Does Match Uncertainty Increase Attendance? A Non-Regression Approach
AbstractThe uncertainty of outcome hypothesis predicts that more balanced sports matches should attract higher attendances, but the empirical evidence is mixed at best. First, this article shows that the inconsistent findings in the literature could be explained by wrongly specified regressions. Second, a new approach to analyzing the effect of match uncertainty is proposed. Using data about nine seasons of the English Championship, the article shows that in a pair of matches where both home teams are slight favorites, a switch of the corresponding away teams would decrease the total attendance by several percent, while the opposite is true if both home teams are underdogs or strong favorites. These results suggest that attendance demand is a bell-shaped function of match balance that is maximized if teams of the same quality play against each other.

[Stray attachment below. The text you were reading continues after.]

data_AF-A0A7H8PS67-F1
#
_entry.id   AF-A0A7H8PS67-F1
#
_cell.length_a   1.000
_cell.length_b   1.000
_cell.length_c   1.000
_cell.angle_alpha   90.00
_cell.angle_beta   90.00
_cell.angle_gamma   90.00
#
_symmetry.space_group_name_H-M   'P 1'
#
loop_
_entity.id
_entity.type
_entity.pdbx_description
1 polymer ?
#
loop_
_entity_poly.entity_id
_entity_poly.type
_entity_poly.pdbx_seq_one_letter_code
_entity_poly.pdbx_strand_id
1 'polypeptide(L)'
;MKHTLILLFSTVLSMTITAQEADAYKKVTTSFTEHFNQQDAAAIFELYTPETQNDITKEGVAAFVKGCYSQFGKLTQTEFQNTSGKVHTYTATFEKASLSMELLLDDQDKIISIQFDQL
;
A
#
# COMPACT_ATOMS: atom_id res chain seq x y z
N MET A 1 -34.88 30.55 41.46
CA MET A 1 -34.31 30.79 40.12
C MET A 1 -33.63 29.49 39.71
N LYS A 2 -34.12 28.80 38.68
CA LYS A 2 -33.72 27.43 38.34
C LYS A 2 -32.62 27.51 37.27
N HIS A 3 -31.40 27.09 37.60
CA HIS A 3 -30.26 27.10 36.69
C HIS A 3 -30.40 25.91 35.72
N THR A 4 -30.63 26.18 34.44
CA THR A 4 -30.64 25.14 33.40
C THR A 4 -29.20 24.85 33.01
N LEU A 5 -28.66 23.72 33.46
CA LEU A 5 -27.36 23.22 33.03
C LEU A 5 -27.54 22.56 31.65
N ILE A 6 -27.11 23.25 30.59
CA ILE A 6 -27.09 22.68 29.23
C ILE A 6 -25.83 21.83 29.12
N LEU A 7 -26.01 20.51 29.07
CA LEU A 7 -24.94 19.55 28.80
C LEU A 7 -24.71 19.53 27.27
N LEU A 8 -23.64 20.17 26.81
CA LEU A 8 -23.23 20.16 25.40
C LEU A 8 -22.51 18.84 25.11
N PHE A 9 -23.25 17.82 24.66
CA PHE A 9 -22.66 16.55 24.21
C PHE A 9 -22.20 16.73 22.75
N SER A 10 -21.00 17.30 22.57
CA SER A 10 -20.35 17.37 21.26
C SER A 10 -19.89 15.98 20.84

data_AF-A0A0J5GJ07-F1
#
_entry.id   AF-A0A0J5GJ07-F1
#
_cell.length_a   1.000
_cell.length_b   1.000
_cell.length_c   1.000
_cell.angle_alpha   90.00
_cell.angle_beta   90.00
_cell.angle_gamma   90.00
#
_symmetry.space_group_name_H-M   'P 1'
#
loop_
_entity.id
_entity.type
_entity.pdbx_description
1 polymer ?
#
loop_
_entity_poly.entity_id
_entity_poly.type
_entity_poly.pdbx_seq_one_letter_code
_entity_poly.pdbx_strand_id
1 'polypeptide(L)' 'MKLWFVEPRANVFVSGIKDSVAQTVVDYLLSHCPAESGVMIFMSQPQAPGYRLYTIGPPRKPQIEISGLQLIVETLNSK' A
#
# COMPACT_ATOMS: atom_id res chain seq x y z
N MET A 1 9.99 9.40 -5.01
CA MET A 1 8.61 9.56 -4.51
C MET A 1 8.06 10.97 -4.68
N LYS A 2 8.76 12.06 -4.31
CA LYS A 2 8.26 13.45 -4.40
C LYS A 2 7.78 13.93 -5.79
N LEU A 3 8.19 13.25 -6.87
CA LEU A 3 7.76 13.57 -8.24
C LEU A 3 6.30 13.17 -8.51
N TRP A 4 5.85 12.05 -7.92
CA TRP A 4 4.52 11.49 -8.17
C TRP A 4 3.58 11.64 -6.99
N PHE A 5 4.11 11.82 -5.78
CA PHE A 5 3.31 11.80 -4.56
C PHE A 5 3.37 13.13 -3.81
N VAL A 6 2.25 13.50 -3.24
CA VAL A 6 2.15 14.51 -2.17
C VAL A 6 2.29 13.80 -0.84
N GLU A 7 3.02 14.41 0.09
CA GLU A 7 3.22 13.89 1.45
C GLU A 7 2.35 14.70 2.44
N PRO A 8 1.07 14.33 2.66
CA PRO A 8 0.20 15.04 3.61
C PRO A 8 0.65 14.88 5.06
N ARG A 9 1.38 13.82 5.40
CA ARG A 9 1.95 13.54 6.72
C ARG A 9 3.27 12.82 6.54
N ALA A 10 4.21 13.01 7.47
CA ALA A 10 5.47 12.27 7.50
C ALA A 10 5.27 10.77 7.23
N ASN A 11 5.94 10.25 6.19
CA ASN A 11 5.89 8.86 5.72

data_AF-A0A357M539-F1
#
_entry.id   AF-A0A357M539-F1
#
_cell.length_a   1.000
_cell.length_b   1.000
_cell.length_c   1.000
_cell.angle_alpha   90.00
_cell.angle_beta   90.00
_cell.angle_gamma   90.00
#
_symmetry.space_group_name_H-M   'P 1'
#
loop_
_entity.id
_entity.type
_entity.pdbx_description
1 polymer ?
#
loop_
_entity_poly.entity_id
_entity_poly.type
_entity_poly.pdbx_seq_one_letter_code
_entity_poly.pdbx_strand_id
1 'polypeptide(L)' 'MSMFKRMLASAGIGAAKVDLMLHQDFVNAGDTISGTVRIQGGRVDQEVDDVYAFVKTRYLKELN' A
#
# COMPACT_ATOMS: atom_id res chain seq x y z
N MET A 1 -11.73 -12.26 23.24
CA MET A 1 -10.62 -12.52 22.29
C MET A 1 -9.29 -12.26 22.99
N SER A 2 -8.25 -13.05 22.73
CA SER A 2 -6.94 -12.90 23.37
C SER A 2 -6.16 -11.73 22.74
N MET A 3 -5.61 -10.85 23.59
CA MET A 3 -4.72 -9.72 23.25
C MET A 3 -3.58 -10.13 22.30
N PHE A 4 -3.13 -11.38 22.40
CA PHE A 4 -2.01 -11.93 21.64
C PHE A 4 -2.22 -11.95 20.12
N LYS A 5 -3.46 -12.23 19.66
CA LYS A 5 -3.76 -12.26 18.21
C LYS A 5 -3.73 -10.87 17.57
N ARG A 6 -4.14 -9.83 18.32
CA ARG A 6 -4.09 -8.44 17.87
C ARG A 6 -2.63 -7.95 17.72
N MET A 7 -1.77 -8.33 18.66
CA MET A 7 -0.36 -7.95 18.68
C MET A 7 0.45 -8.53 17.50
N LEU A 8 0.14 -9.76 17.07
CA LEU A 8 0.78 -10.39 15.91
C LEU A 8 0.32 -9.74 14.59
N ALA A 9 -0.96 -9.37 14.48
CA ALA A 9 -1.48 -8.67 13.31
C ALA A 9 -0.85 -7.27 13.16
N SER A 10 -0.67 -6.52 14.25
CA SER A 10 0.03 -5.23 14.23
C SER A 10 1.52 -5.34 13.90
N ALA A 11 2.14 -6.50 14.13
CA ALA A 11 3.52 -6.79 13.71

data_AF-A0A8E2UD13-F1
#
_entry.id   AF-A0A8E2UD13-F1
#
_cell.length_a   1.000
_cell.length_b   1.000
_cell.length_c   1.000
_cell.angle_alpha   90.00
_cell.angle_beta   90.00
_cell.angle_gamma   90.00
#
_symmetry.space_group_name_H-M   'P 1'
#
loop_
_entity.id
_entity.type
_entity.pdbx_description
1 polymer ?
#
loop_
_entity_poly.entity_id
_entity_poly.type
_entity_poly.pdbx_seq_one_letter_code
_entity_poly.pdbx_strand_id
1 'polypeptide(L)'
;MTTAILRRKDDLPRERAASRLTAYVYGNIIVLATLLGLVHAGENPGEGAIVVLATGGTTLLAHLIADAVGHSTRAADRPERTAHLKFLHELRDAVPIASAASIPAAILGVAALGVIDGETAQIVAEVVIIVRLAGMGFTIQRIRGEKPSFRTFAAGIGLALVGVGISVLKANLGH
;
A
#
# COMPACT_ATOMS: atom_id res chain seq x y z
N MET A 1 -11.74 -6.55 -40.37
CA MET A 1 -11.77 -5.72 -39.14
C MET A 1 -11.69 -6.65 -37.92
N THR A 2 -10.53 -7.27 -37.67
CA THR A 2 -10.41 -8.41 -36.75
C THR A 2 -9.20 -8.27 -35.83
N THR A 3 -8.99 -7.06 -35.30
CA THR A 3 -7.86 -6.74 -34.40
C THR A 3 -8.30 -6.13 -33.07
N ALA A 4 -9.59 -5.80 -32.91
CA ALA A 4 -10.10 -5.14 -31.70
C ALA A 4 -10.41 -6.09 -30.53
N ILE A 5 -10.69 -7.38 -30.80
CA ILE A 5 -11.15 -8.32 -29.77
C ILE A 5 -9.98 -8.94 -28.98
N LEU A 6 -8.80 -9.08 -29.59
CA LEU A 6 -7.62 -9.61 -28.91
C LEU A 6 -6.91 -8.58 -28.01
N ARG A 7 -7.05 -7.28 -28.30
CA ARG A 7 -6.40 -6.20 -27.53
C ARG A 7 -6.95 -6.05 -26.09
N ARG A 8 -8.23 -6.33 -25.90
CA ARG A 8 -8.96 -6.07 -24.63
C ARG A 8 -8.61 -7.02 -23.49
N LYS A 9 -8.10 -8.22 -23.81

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Bibliographic InfoPaper provided by University Library of Munich, Germany in its series MPRA Paper with number 48571.
Date of creation: 23 Jul 2013
Date of revision:
uncertainty of outcome; soccer; attendance demand;
Find related papers by JEL classification:
- D12 - Microeconomics - - Household Behavior - - - Consumer Economics: Empirical Analysis
- L83 - Industrial Organization - - Industry Studies: Services - - - Sports; Gambling; Restaurants; Recreation; Tourism
This paper has been announced in the following NEP Reports:
- NEP-ALL-2013-07-28 (All new papers)
- NEP-CUL-2013-07-28 (Cultural Economics)
- NEP-SPO-2013-07-28 (Sports & Economics)
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